Full-time advanced graduate students, regardless of citizenship, are eligible to take part in the workshop. Applicants must have ABD (all but dissertation) status and an approved dissertation prospectus at the time of application, but cannot have completed writing for final submission. Students who have not yet begun fieldwork, who are currently in the field, and those who are in the process of writing their dissertations are welcome to apply. Special consideration will be given to students from universities that are not major Korean studies institutions.

Travel stipends will be available, and the SSRC will fully cover participants’ lodging and meals for the duration of the workshop. Limited funds are available for participants traveling from outside the United States. Funding for the program is provided by the Academy of Korean Studies.

The deadline for applications is Friday, May 1, 2016. Applications must include a narrative description of the dissertation topic, a short application form, and a letter of recommendation from the student’s primary adviser. The application forms and further information are available from the SSRC Web site. ‌

2016 Hanmun Summer Workshop at the Jangseogak Archives

Hanmun summer workshop example textThe Jangseogak Archives at the Academy of Korean Studies is offering a three-week intensive Hanmun summer workshop for the study of literary/classical Chinese from July 4 to July 22, 2016. Graduate students, young researchers, and professors of Korean (not excluding Chinese and Japanese) studies who have received at least two years of training in classical Chinese or have completed comparable courses in Asian studies are welcome to apply.

The workshop will run for six hours each day from Monday to Friday for three weeks (morning lectures and afternoon practicum for translation) and will also include opportunities to explore historic sites related to the reading materials addressed in the workshop.

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AAS Dissertation Workshop: Social and Political Implications of New Media in Asia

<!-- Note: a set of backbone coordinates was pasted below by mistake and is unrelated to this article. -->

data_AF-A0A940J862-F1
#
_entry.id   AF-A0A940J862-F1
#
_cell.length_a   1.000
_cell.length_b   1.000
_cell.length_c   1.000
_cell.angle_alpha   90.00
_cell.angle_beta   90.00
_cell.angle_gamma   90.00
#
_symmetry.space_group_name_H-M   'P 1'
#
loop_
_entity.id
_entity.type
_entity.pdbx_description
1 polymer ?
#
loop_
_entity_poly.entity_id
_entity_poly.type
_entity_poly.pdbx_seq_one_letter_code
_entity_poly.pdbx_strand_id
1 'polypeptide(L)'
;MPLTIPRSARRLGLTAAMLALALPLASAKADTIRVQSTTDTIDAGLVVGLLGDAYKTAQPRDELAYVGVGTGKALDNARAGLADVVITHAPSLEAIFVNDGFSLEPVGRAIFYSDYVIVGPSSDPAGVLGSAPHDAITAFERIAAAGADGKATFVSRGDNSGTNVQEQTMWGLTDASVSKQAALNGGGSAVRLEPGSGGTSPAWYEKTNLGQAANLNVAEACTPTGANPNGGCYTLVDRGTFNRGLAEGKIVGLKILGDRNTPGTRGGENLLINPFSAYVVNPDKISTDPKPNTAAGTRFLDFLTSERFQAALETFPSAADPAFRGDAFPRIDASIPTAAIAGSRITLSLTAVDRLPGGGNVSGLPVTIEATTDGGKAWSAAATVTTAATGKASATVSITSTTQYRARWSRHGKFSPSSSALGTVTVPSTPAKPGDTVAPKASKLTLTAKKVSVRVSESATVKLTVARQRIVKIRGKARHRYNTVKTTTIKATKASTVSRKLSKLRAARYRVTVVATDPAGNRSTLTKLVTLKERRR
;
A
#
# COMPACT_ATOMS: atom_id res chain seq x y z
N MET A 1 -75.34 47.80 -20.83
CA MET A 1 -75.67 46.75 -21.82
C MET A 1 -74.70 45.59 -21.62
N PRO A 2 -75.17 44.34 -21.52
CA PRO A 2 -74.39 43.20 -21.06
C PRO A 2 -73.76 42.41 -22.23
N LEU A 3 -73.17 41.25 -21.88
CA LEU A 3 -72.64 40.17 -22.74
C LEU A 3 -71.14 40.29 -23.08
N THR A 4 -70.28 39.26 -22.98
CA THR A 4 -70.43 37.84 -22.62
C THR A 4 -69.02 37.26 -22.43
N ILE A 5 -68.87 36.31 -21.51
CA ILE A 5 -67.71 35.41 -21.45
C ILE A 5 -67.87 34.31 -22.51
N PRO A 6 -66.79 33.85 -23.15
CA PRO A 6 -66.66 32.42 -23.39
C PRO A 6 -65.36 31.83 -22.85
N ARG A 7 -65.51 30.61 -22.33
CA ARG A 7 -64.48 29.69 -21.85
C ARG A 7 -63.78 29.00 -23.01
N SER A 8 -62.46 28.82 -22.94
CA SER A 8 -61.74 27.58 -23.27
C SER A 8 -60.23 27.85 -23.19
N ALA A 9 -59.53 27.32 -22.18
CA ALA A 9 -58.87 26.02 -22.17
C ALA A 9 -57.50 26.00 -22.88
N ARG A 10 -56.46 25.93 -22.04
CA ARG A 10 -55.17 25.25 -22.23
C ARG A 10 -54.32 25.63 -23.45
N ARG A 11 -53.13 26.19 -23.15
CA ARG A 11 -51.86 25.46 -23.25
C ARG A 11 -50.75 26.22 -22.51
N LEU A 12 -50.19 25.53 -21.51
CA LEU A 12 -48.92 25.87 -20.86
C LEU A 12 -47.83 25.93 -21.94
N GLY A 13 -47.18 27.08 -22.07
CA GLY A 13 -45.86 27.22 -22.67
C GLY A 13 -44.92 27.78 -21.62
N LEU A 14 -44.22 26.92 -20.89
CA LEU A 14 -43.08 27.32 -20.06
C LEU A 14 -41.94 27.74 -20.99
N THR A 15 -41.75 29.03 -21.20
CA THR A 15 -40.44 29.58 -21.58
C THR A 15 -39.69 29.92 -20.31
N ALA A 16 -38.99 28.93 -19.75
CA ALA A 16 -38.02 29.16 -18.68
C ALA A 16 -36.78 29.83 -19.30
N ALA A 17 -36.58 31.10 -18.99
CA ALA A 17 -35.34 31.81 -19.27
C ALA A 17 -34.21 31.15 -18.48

dissertation workshop site: SeattleThe Association for Asian Studies will offer its fifteenth consecutive Dissertation Workshop in conjunction with the annual conference in Seattle in the spring of 2016. The workshop theme will be “The Social and Political Implications of New Media in Asia.” The workshop is intended for doctoral students in the humanities and social sciences who are proposing or are in the early stages of conducting dissertation research on the conceptualizations, theories, and the social, political, and cultural consequences of the New Media within and across Asia.

The workshop is scheduled for the days immediately preceding the 2016 AAS annual conference, beginning with dinner on the evening of Monday, March 28, continuing for the next two and a half days of intense discussion, and closing with lunch on Thursday, March 31.

Workshop enrollment will be limited to twelve students, ideally from a broad array of disciplines and working on a wide variety of materials and in various regions of Asia. It also will include a small multidisciplinary and multi-area faculty with similar interests. Applicants need not have advanced to candidacy but must have at least drafted a dissertation research proposal. Applications are also welcome from doctoral students in the early phases of writing their dissertations.

Applications consist of two items only: a current curriculum vitae and the dissertation proposal, or if the research and writing are under way, a statement of the specific issues being addressed, the intellectual approach, and the materials being studied. Neither the proposal nor statement should exceed ten double-spaced pages in length using standard-sized fonts.

Application materials should be sent as e-mail attachments to Michael Paschal (mpaschal@asian-studies.org) no later than January 8, 2016. Include “Dissertation Workshop Application” in the e-mail subject box.

Workshop participants will be selected on the basis of the submitted projects, the potential for useful exchanges among them, and a concern to include a wide range of disciplinary perspectives, intellectual traditions, and regions of Asia. Applicants will be informed whether or not they have been selected for the workshop in January.

The AAS will provide limited financial support for participants, including three nights’ accommodations, meals, and partial “need-based” travel funds. Students are encouraged to approach their home institutions for additional support. It is hoped that participants also will attend the AAS annual conference immediately following the workshop.

For further information about the workshop, or eligibility, contact Michael Paschal at mpaschal@asian-studies.org or David Szanton at Szanton@berkeley.edu. Faculty having related research interests who would be interested in serving as mentors for the workshop should contact David Szanton for details. Modest supplemental funding will be available to mentors to help offset related costs.